“You always have to scrap a lot of ideas, and now that it’s out, it feels really relieving, and it’s really awesome that people like it. It’s super nice to hear everything about this,” he said. “It’s really nice.”

As simple as this stage looks, it quickly becomes totally, completely, crazily confusing to manage.

Hopefully not by coincidence, PlayStation Network is amassing quite the lineup of offbeat, emotional video games. Where is My Heart? will not be the last, as 2012 is supposed to bring Papo & Yo, a game inspired by designer Vander Caballero's history with his drug-abusing father.

Schulenburg had not heard about Papo & Yo when we talked, but expressed a desire for more designers to take this route.

“I hope there will be more of these games--personal games--that make it to a broader audience,” he said.

Just because Where is My Heart? came from a personal place doesn’t mean all of Schulenburg’s future games will, too. He’s working on a comic “loosely based” on Where is My Heart? and has plans for a companion game set in the Alps about gardening. It’s technically rooted in a childhood memory of his mother and aunt maintaining an orchard, but that was only a launching point for the idea.

This all assumes he finds funding for what’s next, of course.

“If the game doesn’t sell that great, then I can’t actually continue developing games, and I have to just get a job as an engineer somewhere,” he said, with a hint of a sigh. “So I’m not really thinking about that yet.”

Schulenburg still visits that forest, by the way. He comes back once a year.

“I try to make a point of not going with both my parents anymore,” he joked.

Make sure you keep an eye on Die Gute Fabrik, by the way. It's also making the ridiculously fun Johann Sebastian Joust.

Posted by The_Reflection

cool

Posted by EightBitShik

I have no idea what this is about but very curious

Posted by Napalm

Great article, Patrick. I am certainly intrigued by this game not so much for the gameplay, but the story, as I, at some point, was in a similar situation.

Posted by Yamibito

Great game, great article.

Posted by Phatmac

Thanks for writing about smaller stories that most sites wouldn't run. Great job as always Patrick, this is what makes Giant Bomb different from the pack.

Posted by AssInAss

That's a great story and that Quick Look's insane (non-euclidean geometry, much? lol), and I have a PS3 so I will check it out to see if the 3 characters have a fight.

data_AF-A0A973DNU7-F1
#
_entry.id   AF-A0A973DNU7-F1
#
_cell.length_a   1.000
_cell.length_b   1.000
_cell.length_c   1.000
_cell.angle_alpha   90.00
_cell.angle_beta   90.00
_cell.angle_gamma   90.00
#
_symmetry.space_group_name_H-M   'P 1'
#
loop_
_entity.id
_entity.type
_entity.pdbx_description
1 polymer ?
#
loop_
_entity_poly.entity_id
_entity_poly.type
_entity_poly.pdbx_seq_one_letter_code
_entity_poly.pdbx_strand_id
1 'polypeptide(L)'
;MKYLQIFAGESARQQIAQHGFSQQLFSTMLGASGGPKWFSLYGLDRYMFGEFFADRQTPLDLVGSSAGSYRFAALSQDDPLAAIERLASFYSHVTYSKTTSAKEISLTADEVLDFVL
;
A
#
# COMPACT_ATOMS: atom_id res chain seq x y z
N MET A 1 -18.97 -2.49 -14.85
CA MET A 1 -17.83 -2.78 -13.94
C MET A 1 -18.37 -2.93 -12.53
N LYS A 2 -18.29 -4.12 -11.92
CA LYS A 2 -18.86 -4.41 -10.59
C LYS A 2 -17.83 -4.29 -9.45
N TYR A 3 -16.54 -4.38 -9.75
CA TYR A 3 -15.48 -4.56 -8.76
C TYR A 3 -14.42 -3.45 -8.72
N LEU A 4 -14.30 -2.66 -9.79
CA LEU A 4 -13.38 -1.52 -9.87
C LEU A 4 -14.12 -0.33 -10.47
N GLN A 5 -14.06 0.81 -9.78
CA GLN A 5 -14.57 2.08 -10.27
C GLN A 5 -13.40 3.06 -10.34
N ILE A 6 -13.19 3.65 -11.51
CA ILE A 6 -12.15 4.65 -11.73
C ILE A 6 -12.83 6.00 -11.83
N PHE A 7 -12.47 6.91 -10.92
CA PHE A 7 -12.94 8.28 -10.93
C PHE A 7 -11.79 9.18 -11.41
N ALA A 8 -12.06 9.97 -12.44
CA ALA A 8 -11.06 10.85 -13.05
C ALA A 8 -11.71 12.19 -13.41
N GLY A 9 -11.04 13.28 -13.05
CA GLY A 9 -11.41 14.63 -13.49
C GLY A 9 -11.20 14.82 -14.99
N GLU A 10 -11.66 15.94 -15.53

Posted by DigTheDoug

Great article! I require more pieces like this and the recent Alex and Jeff ones!

Posted by kennybaese

I totally missed this when it was free for PSPlus... Next time I go and get a PSN card though, I'mma download the shit out of it. Sounds really interesting.

Posted by Ravenlight

I really hope this comes to a different platform eventually. I don't plan on buying a PSP Mini or a PS3.

Edited by Palaeomerus

There seems to be a trend today in certain indy games being marketed as a "very personal" reflection of some dark emotional corner of the designer's life that gives their game special meaning. We saw it with Papa Y Yo, and before that in the absence of any real information we speculated about what Jonathan Blow was really trying to say about himself and his past with Braid.

This trend is not reaching excessive levels yet, BUT it definitely reminds me of a past summer olympics where the coverage was focused on the expectation that ALMOST EVERY SINGLE ATHLETE interviewed would mention some form of personal misery, trouble, or unhappiness in their past life that they had bravely channeled into their reason for competing in the games.

It was an odd tone to set for TV about young people doing track and field. Moan then compete!

The athletes all tried to comply with the theme but some of them were basically reduced to extra-weird and uncomfortable reaching like "Chistina was a rich stacked gorgeous blond teenager with lots of friends, brought up in a four story house with a pony stable, tennis courts, and a boat-pond surrounded by a fruit tree grove in Chile. Her parents didn't always quite understand her so she channeled her feelings of helplessness and alienation, her fear of nuclear war, and her dislike of bees, into javelin throwing, archery, and indoor rock climbing. Today she has overcome those forces to stand as a third string alternate for the Chilean javelin team! " or " Douglas from Switzerland overcame painful memories of the death of his maternal grandmother and the tragic failure of his father's sideline mail order shoe business when he was six and this is what moved him to dedicate his life to perfecting the short form relay. He also struggles day to day with acne, ingrown toenails, early onset male pattern baldness and concerns about an upcoming wisdom tooth surgery his dentist has scheduled for after the games!."

If Indy game marketing becomes overly concerned with airing personal biographical baggage as inspiration for the games then this could easily turn farcical.